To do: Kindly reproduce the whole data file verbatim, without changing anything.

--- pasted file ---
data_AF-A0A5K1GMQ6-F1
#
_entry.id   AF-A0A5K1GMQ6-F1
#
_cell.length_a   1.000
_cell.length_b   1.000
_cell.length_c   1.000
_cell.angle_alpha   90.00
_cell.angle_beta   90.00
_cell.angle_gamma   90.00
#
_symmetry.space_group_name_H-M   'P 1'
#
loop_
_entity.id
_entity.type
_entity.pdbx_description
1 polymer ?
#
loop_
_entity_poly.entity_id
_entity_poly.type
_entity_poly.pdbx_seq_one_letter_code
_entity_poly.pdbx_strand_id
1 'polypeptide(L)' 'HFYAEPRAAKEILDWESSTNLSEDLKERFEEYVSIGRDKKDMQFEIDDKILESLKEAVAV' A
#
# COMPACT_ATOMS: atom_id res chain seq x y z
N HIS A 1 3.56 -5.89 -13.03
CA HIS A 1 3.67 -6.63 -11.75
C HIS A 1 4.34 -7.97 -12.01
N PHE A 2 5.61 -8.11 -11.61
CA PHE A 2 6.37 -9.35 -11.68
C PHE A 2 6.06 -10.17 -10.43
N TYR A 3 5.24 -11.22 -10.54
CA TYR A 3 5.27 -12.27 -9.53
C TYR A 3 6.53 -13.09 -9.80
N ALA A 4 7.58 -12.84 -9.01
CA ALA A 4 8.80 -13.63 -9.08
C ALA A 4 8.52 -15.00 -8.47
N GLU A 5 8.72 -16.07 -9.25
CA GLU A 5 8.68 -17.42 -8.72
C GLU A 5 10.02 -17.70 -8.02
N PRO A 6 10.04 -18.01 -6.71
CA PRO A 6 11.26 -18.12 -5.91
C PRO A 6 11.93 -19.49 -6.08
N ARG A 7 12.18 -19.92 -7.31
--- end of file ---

data_AF-A0A5K1GMQ6-F1
#
_entry.id   AF-A0A5K1GMQ6-F1
#
_cell.length_a   1.000
_cell.length_b   1.000
_cell.length_c   1.000
_cell.angle_alpha   90.00
_cell.angle_beta   90.00
_cell.angle_gamma   90.00
#
_symmetry.space_group_name_H-M   'P 1'
#
loop_
_entity.id
_entity.type
_entity.pdbx_description
1 polymer ?
#
loop_
_entity_poly.entity_id
_entity_poly.type
_entity_poly.pdbx_seq_one_letter_code
_entity_poly.pdbx_strand_id
1 'polypeptide(L)' 'HFYAEPRAAKEILDWESSTNLSEDLKERFEEYVSIGRDKKDMQFEIDDKILESLKEAVAV' A
#
# COMPACT_ATOMS: atom_id res chain seq x y z
N HIS A 1 3.56 -5.89 -13.03
CA HIS A 1 3.67 -6.63 -11.75
C HIS A 1 4.34 -7.97 -12.01
N PHE A 2 5.61 -8.11 -11.61
CA PHE A 2 6.37 -9.35 -11.68
C PHE A 2 6.06 -10.17 -10.43
N TYR A 3 5.24 -11.22 -10.54
CA TYR A 3 5.27 -12.27 -9.53
C TYR A 3 6.53 -13.09 -9.80
N ALA A 4 7.58 -12.84 -9.01
CA ALA A 4 8.80 -13.63 -9.08
C ALA A 4 8.52 -15.00 -8.47
N GLU A 5 8.72 -16.07 -9.25
CA GLU A 5 8.68 -17.42 -8.72
C GLU A 5 10.02 -17.70 -8.02
N PRO A 6 10.04 -18.01 -6.71
CA PRO A 6 11.26 -18.12 -5.91
C PRO A 6 11.93 -19.49 -6.08
N ARG A 7 12.18 -19.92 -7.31